Two very different images - the aging wooden building and the hard-edged stripe of color - show up all the time in popular U.S. art.

Artists by the thousands march in Andrew Wyeth's army. They tend to load their paintings of old barns, sheds and houses with bittersweet nostalgia for the good old days. Comparably numerous are the hard-edge field painters who use parallel bands of color to give their abstract pictures of kind of machined urban flash.

These two opposing images - the wood wall and the stripe - have but one thing in common: Most painters can't resist them. Washington's A. Brockie Stevenson, whose new works are on view at the Fendrick Gallery, 3059 M St. NW, paints both these things at once.

The old buildings that he shows us are the clapboard houses of the coast of Maine. But Stevenson is more than just another regionalist. He is a geometer as well.

Look, for instance, at the house-scape that Stevenson calls Freedman's." The lawn, the cloudless sky and the shuttered windows in the left half of the painting transport one to New England. One can almost smell the breezes from the sea, or the boiled dinner being prepared in the kitchen. But the right half of the picture seems a kind of Kenneth Noland of horizontal bands. "Freedman's" might appear a schizophrenic piectre were not its many elements so tightly locked in place.

Brockie Stevenson is good at that. He is not seduced by details. No weeds choke his lawns, the white paint of his clapboard walls never seems to flake. Instead, his art obeys a kind of mathematics. His views are mostly frontal, his light is flat and even, he is almost always loyal to the straight line and the grid.

Stevenson, who has taught for years at the Corcoran School of Art, seems an exceptionally sweet-tempered man, and something of his gracious warmth is apparent in his art. Though strict, his paintings never shock; though slightly sentimental, they are never syrupy. No wonder people like them.

To wander through his show is to pay a mental visit to a lovely coastal town. Small boats are anchored in the harbor, the architecture is admirable, the red doors of the firehouse have handles of bright brass.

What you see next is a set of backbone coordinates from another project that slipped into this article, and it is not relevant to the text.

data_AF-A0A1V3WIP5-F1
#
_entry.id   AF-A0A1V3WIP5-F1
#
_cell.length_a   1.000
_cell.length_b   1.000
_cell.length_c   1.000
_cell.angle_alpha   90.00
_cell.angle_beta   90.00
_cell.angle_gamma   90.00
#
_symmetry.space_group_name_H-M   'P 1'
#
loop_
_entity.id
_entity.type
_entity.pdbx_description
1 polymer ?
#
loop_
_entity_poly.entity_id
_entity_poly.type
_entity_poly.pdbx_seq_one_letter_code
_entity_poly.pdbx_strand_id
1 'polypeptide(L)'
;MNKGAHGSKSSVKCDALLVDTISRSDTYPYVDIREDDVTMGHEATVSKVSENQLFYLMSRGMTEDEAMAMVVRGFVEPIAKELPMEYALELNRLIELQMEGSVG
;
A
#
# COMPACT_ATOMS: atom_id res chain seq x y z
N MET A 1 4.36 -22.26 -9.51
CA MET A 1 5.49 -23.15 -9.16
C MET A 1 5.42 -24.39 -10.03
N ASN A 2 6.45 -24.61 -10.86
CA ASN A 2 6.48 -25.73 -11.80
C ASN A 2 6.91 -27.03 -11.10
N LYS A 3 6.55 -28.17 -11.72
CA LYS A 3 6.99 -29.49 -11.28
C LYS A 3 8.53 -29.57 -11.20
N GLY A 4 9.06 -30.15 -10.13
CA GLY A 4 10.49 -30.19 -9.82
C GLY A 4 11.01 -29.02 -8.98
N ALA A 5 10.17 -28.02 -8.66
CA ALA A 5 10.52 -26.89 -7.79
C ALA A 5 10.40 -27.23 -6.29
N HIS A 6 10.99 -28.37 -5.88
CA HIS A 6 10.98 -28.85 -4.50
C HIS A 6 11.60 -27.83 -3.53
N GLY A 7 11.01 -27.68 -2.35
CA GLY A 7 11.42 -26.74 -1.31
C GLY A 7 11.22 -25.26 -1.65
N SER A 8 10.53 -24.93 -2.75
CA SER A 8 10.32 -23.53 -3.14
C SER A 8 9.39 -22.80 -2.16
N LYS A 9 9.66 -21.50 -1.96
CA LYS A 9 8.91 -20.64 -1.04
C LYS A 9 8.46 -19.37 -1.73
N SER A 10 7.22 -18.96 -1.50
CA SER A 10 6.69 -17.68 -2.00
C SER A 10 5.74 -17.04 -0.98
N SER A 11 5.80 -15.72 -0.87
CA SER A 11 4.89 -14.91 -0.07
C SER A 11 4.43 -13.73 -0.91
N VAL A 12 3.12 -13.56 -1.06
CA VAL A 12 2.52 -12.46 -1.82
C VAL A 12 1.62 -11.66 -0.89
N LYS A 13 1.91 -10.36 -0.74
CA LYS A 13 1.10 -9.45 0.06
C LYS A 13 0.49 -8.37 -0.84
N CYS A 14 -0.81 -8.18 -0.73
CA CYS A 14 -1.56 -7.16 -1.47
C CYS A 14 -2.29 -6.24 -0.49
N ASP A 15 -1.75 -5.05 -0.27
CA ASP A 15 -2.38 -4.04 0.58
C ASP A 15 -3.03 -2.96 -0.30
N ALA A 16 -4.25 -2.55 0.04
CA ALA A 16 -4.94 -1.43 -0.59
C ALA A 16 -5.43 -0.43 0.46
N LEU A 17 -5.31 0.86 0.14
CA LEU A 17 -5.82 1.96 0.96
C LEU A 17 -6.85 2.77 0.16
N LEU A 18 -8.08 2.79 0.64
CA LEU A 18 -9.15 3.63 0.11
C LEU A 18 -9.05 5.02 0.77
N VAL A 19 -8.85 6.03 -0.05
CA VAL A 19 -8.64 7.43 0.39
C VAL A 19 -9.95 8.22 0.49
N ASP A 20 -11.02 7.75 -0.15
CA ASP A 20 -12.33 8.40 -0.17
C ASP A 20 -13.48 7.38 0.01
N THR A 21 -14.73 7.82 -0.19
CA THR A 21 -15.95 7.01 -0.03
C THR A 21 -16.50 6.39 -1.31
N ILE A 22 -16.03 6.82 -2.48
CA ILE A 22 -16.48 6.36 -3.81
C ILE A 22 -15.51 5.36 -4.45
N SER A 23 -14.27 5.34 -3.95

Despite their kindness and their strength, his pictures seem to me, however, not without their flaws. His colors - whites, reds, blues, nd greens - are not exactly subtle, and they sometimes skirt the garish, as in the reds and purples of his "Green Island Light." Though their spirit is precisionist, Stevenson's paintings, seen close-up, seem insufficiently meticulous. His straight lines are sometimes marred by unnecessary blobs.

But these are minor cavils. This is a handsome show. It closes on May 20.

William Dunlap, whose paintings, photos, and collages, are now at Adams, Davidson, 3233 P St. NW. is another gifted regionalist whose views of trees and grazing cattle - and, of course, old sheds and barns - acknowledge abstract art.

Dunlap's hand is sure, and he paints the Southland very well indeed. From across the room, his hills and ponds and fence posts seem almost photographic, but though his subjects are serene, the surfaces of his pictures are astonishingly free.

He splatters paint, he drips it, occasionally he scribbles. Behind that winter sky are ruled lines and arcs. Peer closer, and you see that grassy meadow is sprinkled oot with flowers, but with press-on letters, an M, an X, an O. That flat plane of white seems both a snowy field and a sheet of paper on which the artist jots small notes to the viewer, as well as to himself.